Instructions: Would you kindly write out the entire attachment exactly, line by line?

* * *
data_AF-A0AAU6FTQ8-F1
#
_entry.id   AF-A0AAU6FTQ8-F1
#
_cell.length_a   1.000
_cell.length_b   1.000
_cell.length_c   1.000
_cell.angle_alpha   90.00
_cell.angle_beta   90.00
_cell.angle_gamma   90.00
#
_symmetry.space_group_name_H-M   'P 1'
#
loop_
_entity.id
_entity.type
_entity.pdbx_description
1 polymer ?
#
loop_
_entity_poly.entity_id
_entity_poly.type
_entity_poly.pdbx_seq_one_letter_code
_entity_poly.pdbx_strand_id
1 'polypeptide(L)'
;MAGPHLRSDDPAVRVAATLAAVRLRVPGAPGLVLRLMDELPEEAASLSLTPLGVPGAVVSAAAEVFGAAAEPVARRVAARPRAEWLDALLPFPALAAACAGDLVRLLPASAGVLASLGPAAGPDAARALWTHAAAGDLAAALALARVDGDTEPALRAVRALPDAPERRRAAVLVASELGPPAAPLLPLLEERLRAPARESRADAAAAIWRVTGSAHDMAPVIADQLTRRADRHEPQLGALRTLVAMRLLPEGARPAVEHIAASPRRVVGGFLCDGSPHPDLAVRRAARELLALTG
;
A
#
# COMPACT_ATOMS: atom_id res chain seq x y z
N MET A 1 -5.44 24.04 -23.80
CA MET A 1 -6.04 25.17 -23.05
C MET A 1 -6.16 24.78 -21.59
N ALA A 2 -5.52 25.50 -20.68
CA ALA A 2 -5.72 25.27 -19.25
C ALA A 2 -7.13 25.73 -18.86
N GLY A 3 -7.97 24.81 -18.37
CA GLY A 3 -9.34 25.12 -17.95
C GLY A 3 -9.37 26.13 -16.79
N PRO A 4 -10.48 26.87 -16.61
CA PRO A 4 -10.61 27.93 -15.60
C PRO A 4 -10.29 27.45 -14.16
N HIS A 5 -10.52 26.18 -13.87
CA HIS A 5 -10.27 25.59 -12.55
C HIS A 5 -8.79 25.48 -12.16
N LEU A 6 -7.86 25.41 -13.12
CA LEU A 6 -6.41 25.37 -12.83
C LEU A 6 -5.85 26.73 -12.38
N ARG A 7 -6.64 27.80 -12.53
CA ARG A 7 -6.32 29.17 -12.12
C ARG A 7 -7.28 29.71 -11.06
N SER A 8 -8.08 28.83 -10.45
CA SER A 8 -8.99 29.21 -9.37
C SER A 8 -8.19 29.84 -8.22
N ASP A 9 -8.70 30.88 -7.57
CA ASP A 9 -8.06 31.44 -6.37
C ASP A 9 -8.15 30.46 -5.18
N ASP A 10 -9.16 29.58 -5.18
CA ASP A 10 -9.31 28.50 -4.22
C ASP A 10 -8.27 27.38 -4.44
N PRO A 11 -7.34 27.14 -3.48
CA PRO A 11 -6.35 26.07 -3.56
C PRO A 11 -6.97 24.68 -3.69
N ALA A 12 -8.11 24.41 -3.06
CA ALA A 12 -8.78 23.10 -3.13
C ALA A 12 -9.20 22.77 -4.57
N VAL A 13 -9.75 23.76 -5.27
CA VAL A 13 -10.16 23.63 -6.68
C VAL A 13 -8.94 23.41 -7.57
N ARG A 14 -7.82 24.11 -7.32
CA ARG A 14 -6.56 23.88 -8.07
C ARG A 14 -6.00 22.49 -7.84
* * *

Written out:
data_AF-A0AAU6FTQ8-F1
#
_entry.id   AF-A0AAU6FTQ8-F1
#
_cell.length_a   1.000
_cell.length_b   1.000
_cell.length_c   1.000
_cell.angle_alpha   90.00
_cell.angle_beta   90.00
_cell.angle_gamma   90.00
#
_symmetry.space_group_name_H-M   'P 1'
#
loop_
_entity.id
_entity.type
_entity.pdbx_description
1 polymer ?
#
loop_
_entity_poly.entity_id
_entity_poly.type
_entity_poly.pdbx_seq_one_letter_code
_entity_poly.pdbx_strand_id
1 'polypeptide(L)'
;MAGPHLRSDDPAVRVAATLAAVRLRVPGAPGLVLRLMDELPEEAASLSLTPLGVPGAVVSAAAEVFGAAAEPVARRVAARPRAEWLDALLPFPALAAACAGDLVRLLPASAGVLASLGPAAGPDAARALWTHAAAGDLAAALALARVDGDTEPALRAVRALPDAPERRRAAVLVASELGPPAAPLLPLLEERLRAPARESRADAAAAIWRVTGSAHDMAPVIADQLTRRADRHEPQLGALRTLVAMRLLPEGARPAVEHIAASPRRVVGGFLCDGSPHPDLAVRRAARELLALTG
;
A
#
# COMPACT_ATOMS: atom_id res chain seq x y z
N MET A 1 -5.44 24.04 -23.80
CA MET A 1 -6.04 25.17 -23.05
C MET A 1 -6.16 24.78 -21.59
N ALA A 2 -5.52 25.50 -20.68
CA ALA A 2 -5.72 25.27 -19.25
C ALA A 2 -7.13 25.73 -18.86
N GLY A 3 -7.97 24.81 -18.37
CA GLY A 3 -9.34 25.12 -17.95
C GLY A 3 -9.37 26.13 -16.79
N PRO A 4 -10.48 26.87 -16.61
CA PRO A 4 -10.61 27.93 -15.60
C PRO A 4 -10.29 27.45 -14.16
N HIS A 5 -10.52 26.18 -13.87
CA HIS A 5 -10.27 25.59 -12.55
C HIS A 5 -8.79 25.48 -12.16
N LEU A 6 -7.86 25.41 -13.12
CA LEU A 6 -6.41 25.37 -12.83
C LEU A 6 -5.85 26.73 -12.38
N ARG A 7 -6.64 27.80 -12.53
CA ARG A 7 -6.32 29.17 -12.12
C ARG A 7 -7.28 29.71 -11.06
N SER A 8 -8.08 28.83 -10.45
CA SER A 8 -8.99 29.21 -9.37
C SER A 8 -8.19 29.84 -8.22
N ASP A 9 -8.70 30.88 -7.57
CA ASP A 9 -8.06 31.44 -6.37
C ASP A 9 -8.15 30.46 -5.18
N ASP A 10 -9.16 29.58 -5.18
CA ASP A 10 -9.31 28.50 -4.22
C ASP A 10 -8.27 27.38 -4.44
N PRO A 11 -7.34 27.14 -3.48
CA PRO A 11 -6.35 26.07 -3.56
C PRO A 11 -6.97 24.68 -3.69
N ALA A 12 -8.11 24.41 -3.06
CA ALA A 12 -8.78 23.10 -3.13
C ALA A 12 -9.20 22.77 -4.57
N VAL A 13 -9.75 23.76 -5.27
CA VAL A 13 -10.16 23.63 -6.68
C VAL A 13 -8.94 23.41 -7.57
N ARG A 14 -7.82 24.11 -7.32
CA ARG A 14 -6.56 23.88 -8.07
C ARG A 14 -6.00 22.49 -7.84